Information Commissioner Jennifer
Dilbert has ordered the release of information pertaining to guidelines for
keeping dolphins in captivity.
The decision relates to a request
made by an applicant who was refused access to a copy of the Alliance of Marine
Mammal Parks and Aquarium Standards and Guidelines document by the Department
of Agriculture. The document was referenced in the Cayman Islands’ own policy
document entitled Conditions Governing the Importation, Housing, Husbandry and
use of Bottlenose Dolphins in the Cayman Islands.
The department obtained the
document in question from the Alliance of Marine Mammal Parks and Aquariums in
order to assist in the creation of standards specific to the keeping of
dolphins in captivity in the Cayman Islands.
The department asserted that the
document should be withheld under three sections of the Freedom of Information
Law, namely whether the release of the record would constitute an actionable
breach of confidence; whether disclosure would reveal information of commercial
value which would be diminished or destroyed by the disclosure; and whether it
would reveal information concerning the commercial interests of a person or organisation
and through the disclosure prejudice those interests. The information commissioner
also considered whether the record should be exempt from disclosure due to it
containing information communicated in confidence to government by a foreign
government or international organisation.
Actionable breach of confidence
In the review by the information
commissioner, the department stated that it had referenced the document in its
entirety in error, as the intent was always for the document to be treated in
confidence. The document was integrated in the Department of Agriculture’s
policy paper, Conditions Governing the Importation, Housing, Husbandry and use
of Bottlenose Dolphins in the Cayman Islands. The policy paper states that “persons
interested in importing bottlenose dolphins for public display in the Cayman
Islands [are] required to satisfy certain conditions prior to [being] granted
an import permit.” The document then goes on to state that “the guidelines referred
to in this document are the Standards and Guidelines (2003) document of the
Alliance of Marine Mammal Parks and Aquariums”.
The applicant argued that as the
requested document was the government’s published requirement for the holding
and displaying of dolphins, it had to be a public document, as is the case with
all laws, regulations and standards adopted by government from other organisations
In the decision document, the
information commissioner stated that “[t]he guidelines would have to be seen
and considered by any party seeking to become a member of the Alliance, as
membership is contingent upon complying with the guidelines.”
According to the information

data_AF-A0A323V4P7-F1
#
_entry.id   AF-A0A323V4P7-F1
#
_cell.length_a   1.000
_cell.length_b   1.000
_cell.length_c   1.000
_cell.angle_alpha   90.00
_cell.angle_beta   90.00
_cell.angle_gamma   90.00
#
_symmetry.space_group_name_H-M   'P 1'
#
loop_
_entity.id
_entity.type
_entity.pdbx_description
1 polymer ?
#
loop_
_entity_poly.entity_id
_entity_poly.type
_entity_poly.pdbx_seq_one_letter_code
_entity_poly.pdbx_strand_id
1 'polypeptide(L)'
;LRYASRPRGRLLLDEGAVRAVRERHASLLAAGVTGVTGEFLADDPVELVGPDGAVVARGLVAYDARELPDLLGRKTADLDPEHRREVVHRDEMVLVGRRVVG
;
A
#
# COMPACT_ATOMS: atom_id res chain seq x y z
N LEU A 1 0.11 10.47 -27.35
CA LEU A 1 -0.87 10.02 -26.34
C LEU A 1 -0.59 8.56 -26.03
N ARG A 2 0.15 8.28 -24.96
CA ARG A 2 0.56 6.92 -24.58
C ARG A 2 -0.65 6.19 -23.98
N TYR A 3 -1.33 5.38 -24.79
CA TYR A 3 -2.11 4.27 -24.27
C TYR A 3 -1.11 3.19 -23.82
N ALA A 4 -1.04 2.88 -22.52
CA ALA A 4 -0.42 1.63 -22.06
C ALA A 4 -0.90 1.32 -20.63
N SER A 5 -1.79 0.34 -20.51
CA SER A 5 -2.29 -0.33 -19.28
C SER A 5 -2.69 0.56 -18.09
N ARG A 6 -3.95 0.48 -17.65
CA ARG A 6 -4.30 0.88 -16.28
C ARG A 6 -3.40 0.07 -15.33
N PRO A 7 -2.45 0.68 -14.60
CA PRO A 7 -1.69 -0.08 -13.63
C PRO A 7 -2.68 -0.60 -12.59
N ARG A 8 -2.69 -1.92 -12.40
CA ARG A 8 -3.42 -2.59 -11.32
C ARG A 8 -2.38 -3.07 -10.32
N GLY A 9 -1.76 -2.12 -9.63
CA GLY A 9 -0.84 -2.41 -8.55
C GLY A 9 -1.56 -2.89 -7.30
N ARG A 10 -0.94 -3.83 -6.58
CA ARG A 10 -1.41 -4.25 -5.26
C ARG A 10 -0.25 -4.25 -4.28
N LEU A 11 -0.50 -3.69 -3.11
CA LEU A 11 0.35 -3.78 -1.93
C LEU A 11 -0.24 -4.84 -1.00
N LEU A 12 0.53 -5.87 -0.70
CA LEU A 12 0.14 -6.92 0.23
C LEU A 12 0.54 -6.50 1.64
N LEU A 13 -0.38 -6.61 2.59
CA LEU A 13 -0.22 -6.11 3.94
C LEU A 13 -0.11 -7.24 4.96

commissioner, this calls into question the confidential nature of the document.
Although the alliance stated that
the information contained in the document has commercial value that could be
diminished were it to be release, the applicant pointed out that similar
standards elsewhere in the world are readily available to the public.
In considering the arguments, the
information commissioner found that neither the department nor the alliance had
been able to show any independent value attached to the information.
Prejudice commercial interests
The commissioner found that there
was not sufficient evidence put forward that the disclosure of the document
would prejudice the commercial interests of the alliance.
Communicated in confidence
The alliance contended that without
a pledge of confidentiality, the standards are never sent to any other
The department also provided
affidavits by Brian Crichlow, assistant director of agriculture, and Alfred
Benjamin, former chief agricultural and veterinary officer, on the terms under
which the document was obtained.
However, in the affidavit Mr. Crichlow
stated that the department has been “unable to locate the earlier
correspondence between itself and the Alliance expressly stating the document
was being made available to the DOA on a confidential basis for its internal
The information commissioner found
that although there had been after the fact assertions of the confidentiality
of the document, there was a lack of persuasive elements on the part of the
department that it had given any assurances to the alliance that the document
would be kept confidential. By using it in a public document, which is
inherently not confidential, the department also called into question the
confidence in which the document was provided.
The department now has until 3 June
to release the document, unless an appeal is filed with the Grand Court for a
judicial review of the decision.